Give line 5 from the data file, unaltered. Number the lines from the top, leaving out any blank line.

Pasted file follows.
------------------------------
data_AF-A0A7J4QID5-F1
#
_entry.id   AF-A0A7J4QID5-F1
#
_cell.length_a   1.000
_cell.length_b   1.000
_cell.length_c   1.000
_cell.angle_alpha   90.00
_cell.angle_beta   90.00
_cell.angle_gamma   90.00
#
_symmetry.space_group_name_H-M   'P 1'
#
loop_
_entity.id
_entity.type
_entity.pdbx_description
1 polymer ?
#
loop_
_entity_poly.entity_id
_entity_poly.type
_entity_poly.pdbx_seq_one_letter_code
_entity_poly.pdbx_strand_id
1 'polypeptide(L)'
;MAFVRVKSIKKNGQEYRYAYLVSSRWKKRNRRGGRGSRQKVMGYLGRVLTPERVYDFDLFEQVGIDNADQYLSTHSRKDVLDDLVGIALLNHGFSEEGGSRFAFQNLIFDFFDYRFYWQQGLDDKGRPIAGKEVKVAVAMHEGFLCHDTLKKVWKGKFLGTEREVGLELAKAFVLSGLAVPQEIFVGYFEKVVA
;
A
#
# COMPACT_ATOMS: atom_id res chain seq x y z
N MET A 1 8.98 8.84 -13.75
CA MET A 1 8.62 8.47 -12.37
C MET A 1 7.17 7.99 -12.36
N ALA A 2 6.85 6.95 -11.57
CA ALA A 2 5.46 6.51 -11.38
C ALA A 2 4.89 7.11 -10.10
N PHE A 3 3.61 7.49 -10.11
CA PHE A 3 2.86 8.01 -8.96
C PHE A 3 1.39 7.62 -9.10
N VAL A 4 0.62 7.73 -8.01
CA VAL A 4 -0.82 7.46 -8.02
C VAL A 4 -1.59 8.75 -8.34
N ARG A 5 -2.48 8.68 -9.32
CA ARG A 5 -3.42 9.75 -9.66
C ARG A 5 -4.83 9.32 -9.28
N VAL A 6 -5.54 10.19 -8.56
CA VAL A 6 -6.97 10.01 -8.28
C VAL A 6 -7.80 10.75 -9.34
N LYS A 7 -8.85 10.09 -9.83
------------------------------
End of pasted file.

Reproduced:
_cell.length_a   1.000